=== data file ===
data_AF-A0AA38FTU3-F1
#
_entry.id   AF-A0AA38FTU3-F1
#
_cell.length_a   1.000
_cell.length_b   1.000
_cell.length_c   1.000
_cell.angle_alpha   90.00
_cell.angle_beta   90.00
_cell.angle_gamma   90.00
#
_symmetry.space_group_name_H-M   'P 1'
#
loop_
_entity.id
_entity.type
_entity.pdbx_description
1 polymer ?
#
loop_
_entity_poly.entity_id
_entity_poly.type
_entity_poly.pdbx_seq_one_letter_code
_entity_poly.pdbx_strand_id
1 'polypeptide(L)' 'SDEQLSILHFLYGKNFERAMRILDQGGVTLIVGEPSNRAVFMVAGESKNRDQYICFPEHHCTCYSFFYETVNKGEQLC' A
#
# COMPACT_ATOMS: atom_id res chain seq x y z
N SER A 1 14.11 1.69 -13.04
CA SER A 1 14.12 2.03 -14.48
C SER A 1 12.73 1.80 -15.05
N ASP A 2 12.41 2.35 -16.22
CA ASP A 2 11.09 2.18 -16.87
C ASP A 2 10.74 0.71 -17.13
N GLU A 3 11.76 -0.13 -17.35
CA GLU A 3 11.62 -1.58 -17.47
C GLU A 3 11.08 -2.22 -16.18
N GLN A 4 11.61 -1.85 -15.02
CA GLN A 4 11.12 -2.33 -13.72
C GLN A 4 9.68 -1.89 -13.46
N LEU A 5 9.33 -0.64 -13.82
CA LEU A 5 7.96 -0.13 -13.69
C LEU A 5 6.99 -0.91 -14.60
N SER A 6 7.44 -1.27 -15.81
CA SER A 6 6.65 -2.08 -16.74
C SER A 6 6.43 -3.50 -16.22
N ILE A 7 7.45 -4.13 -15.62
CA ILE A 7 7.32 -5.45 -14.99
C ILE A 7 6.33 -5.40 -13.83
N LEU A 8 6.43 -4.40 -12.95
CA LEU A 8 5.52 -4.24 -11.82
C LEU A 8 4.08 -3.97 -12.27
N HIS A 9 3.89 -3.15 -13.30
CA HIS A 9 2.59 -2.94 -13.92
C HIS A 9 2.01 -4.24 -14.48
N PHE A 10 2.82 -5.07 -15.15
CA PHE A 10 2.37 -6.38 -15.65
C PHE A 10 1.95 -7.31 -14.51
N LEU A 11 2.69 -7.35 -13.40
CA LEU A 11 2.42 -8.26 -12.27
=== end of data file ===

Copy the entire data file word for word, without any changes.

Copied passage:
data_AF-A0AA38FTU3-F1
#
_entry.id   AF-A0AA38FTU3-F1
#
_cell.length_a   1.000
_cell.length_b   1.000
_cell.length_c   1.000
_cell.angle_alpha   90.00
_cell.angle_beta   90.00
_cell.angle_gamma   90.00
#
_symmetry.space_group_name_H-M   'P 1'
#
loop_
_entity.id
_entity.type
_entity.pdbx_description
1 polymer ?
#
loop_
_entity_poly.entity_id
_entity_poly.type
_entity_poly.pdbx_seq_one_letter_code
_entity_poly.pdbx_strand_id
1 'polypeptide(L)' 'SDEQLSILHFLYGKNFERAMRILDQGGVTLIVGEPSNRAVFMVAGESKNRDQYICFPEHHCTCYSFFYETVNKGEQLC' A
#
# COMPACT_ATOMS: atom_id res chain seq x y z
N SER A 1 14.11 1.69 -13.04
CA SER A 1 14.12 2.03 -14.48
C SER A 1 12.73 1.80 -15.05
N ASP A 2 12.41 2.35 -16.22
CA ASP A 2 11.09 2.18 -16.87
C ASP A 2 10.74 0.71 -17.13
N GLU A 3 11.76 -0.13 -17.35
CA GLU A 3 11.62 -1.58 -17.47
C GLU A 3 11.08 -2.22 -16.18
N GLN A 4 11.61 -1.85 -15.02
CA GLN A 4 11.12 -2.33 -13.72
C GLN A 4 9.68 -1.89 -13.46
N LEU A 5 9.33 -0.64 -13.82
CA LEU A 5 7.96 -0.13 -13.69
C LEU A 5 6.99 -0.91 -14.60
N SER A 6 7.44 -1.27 -15.81
CA SER A 6 6.65 -2.08 -16.74
C SER A 6 6.43 -3.50 -16.22
N ILE A 7 7.45 -4.13 -15.62
CA ILE A 7 7.32 -5.45 -14.99
C ILE A 7 6.33 -5.40 -13.83
N LEU A 8 6.43 -4.40 -12.95
CA LEU A 8 5.52 -4.24 -11.82
C LEU A 8 4.08 -3.97 -12.27
N HIS A 9 3.89 -3.15 -13.30
CA HIS A 9 2.59 -2.94 -13.92
C HIS A 9 2.01 -4.24 -14.48
N PHE A 10 2.82 -5.07 -15.15
CA PHE A 10 2.37 -6.38 -15.65
C PHE A 10 1.95 -7.31 -14.51
N LEU A 11 2.69 -7.35 -13.40
CA LEU A 11 2.42 -8.26 -12.27